13. Going back to Diaz, we already know how he’s used it dictated by the front office. Once again Callaway was left holding the bag while the reporters did not ask the specific question whether he was allowed to use Diaz for more than four outs. If you think Callaway is a puppet, the questions need to be asked accordingly.

14. Too much was made of Sunday’s lineup. Players need days off, and Cole Hamels was going. In addition to that, the Mets had Jacob deGrom. You can fly with the defense first lineup in these situations, especially if the team is just going to blow the lead in his starts anyway.

15. Jeff McNeil continues to show just how valuable he is. He played three positions well, hit a homer, and he deked Anthony Rizzo into a TOOBLAN to get Lugo out of a jam. This guy is a real baseball player who is not getting nearly enough attention.

16. The fact McNeil and Michael Conforto were not in the top 20 in outfield voting was a really bad job by Mets fans. On the topic of Conforto, he is as unappreciated a player as there is in baseball and really among this fanbase.

17. Todd Frazier went from a .164/.179/.291 batting line to a .267/.357/.453 batting line with a 1.3 WAR. That is a remarkable turnaround, and it is one of the few things which has kept this team (barely) afloat.

18. With respect to Frazier his throwing his bat in disgust on a homer shows how much the ball is juiced as well as what happens when the ball is blowing out in Wrigley.

19. It’s funny how completely in disarray the Mets have been before and after Sandy Alderson. Say what you want about Sandy, but he was able to control message, deflect attention, and he was able to make the Mets seem like a well run organization. Now that he’s gone, the team looks like a Mickey Mouse operation all over again.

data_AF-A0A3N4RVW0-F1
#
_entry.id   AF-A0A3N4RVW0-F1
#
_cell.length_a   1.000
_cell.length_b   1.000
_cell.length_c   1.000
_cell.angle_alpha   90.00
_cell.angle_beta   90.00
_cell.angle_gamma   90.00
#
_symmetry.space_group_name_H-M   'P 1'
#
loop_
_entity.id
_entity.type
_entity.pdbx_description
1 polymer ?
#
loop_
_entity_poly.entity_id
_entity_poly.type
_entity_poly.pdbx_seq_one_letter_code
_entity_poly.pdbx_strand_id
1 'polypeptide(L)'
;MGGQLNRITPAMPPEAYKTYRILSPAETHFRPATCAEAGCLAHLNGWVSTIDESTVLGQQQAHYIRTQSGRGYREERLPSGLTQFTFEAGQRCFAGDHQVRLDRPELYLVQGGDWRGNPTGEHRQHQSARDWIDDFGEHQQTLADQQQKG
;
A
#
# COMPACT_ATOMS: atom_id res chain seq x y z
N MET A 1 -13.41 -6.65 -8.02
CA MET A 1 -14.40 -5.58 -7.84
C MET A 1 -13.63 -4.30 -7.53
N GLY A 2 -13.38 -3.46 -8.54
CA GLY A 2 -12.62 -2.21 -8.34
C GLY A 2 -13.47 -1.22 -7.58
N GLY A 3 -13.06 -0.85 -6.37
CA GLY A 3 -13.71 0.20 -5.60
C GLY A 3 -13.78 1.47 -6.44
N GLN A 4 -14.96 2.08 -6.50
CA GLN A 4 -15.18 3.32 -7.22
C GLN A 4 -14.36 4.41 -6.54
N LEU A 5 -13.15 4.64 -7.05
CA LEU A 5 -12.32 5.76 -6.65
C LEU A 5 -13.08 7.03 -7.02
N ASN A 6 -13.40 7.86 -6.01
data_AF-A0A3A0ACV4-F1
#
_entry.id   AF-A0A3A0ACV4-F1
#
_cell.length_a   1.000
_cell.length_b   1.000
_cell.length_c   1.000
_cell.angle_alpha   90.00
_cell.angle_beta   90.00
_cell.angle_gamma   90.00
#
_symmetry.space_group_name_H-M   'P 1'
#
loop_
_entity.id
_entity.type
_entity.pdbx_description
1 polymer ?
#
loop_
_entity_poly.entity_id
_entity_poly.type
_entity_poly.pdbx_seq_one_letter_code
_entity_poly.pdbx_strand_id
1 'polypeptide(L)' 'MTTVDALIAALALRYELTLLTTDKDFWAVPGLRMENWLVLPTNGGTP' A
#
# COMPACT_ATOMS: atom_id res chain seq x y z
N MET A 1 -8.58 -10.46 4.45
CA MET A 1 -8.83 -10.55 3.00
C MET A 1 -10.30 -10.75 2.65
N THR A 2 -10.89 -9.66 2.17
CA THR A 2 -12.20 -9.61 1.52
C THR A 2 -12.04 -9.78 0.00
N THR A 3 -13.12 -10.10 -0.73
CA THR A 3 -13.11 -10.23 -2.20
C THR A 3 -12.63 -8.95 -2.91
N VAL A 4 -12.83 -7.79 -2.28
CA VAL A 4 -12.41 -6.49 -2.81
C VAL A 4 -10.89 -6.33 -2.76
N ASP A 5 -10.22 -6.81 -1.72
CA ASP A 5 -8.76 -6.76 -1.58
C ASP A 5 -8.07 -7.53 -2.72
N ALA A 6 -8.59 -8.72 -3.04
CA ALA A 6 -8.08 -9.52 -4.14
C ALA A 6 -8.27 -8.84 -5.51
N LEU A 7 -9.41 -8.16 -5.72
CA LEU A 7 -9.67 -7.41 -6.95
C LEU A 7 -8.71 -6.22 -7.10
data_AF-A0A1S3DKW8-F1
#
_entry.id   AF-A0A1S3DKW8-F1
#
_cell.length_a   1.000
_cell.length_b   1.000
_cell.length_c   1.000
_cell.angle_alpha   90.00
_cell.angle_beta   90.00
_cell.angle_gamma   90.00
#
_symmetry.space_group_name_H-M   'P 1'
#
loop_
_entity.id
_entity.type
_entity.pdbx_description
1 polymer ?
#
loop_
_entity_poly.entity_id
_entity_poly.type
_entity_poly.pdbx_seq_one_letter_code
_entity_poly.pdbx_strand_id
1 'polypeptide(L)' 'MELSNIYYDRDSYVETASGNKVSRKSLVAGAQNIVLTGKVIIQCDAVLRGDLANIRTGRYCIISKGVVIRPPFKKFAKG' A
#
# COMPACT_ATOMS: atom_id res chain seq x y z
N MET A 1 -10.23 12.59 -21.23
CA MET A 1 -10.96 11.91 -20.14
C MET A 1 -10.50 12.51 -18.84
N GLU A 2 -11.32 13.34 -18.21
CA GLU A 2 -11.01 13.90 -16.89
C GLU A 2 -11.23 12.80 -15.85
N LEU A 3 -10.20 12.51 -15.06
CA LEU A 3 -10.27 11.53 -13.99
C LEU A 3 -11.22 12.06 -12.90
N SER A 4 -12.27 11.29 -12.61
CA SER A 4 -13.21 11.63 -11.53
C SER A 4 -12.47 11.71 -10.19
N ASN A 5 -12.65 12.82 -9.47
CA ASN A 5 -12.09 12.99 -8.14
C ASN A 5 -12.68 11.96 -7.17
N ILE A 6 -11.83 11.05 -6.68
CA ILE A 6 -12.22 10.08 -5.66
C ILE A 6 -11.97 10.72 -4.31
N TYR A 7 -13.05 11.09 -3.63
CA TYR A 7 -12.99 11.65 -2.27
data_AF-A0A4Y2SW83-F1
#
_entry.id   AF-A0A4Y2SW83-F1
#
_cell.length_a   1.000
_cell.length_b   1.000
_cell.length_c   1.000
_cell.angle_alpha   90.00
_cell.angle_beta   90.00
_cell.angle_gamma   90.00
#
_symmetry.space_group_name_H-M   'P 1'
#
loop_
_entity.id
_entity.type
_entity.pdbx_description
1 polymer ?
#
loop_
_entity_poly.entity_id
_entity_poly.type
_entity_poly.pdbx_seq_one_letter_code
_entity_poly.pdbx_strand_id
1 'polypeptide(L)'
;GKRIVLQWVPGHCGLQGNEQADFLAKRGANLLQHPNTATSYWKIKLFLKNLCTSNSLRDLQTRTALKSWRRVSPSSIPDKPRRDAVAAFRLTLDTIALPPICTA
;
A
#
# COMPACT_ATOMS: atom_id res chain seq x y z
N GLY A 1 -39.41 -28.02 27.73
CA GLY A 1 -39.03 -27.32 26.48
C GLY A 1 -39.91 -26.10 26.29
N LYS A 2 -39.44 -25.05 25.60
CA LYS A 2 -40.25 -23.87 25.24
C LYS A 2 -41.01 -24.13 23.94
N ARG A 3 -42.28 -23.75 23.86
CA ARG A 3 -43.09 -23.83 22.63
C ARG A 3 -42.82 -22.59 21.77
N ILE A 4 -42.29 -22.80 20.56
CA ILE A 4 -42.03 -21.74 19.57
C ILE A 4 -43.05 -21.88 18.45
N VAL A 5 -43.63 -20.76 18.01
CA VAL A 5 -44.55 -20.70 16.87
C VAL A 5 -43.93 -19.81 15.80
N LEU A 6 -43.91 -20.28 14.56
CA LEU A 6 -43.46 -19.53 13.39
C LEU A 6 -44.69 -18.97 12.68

20. The real problem with this team is Jeff Wilpon. Instead of calls for Callaway’s head, we need to have more and more articles and media attention criticizing him. If the attention is on Callaway for following orders, all you’re doing is throwing jabs at Jeff’s designated punching bag.

Congratulations Pete Alonso

One of the burdens for a first time dad is figuring out just how you can make your child a Mets fan. The Yankees have long owned New York, they win, and they always have the bigger stars. As a parent, you make do with what you have.

Back in 1983, that was Darryl Strawberry.

Strawberry was the biggest thing to happen to the Mets since seemingly Tom Seaver. He was the first overall pick of the 1980 draft, and he was hailed as the black Ted Williams. He’d be called up in 1983, and he’s actually live up to the hype that year.

Strawberry electrifying baseball and the Mets made selling the team easy to young impressionable baseball fans. The ensuing run for the team made it all the easier. While we talk about players like Dwight Gooden, Keith Hernandez, and Gary Carter, and justifiably so, Strawberry was the first to burst onto the scene and give everyone a glimpse into what would soon be.

Some of Strawberry’s Mets rookie records still stand today. That includes his 26 homers, which was 26 if his still team record 252 homers as a Met.

The latter still stands, but for who knows how long. In today’s 10-2 route over the Cubs, Pete Alonso hit his 26th homer of the season tying him with Strawberry atop the Mets all-time rookie leaderboard:

With 85 games remaining in the season, Alonso is not just assured to surpass Strawberry, he’s going to obliterate the record. In fact, Todd Hundley‘s and Carlos Beltran‘s Mets single season home run record (41) is in jeopardy.

Other records like Beltran’s and Howard Johnson‘s 80 extra base hits or Mike Piazza‘s .614 SLG may fall as well. Seeing how these power records are in jeopardy, you understand why Alonso’s at-bats have become must see TV. You have to stop to watch him hit because you don’t know what’ll happen next.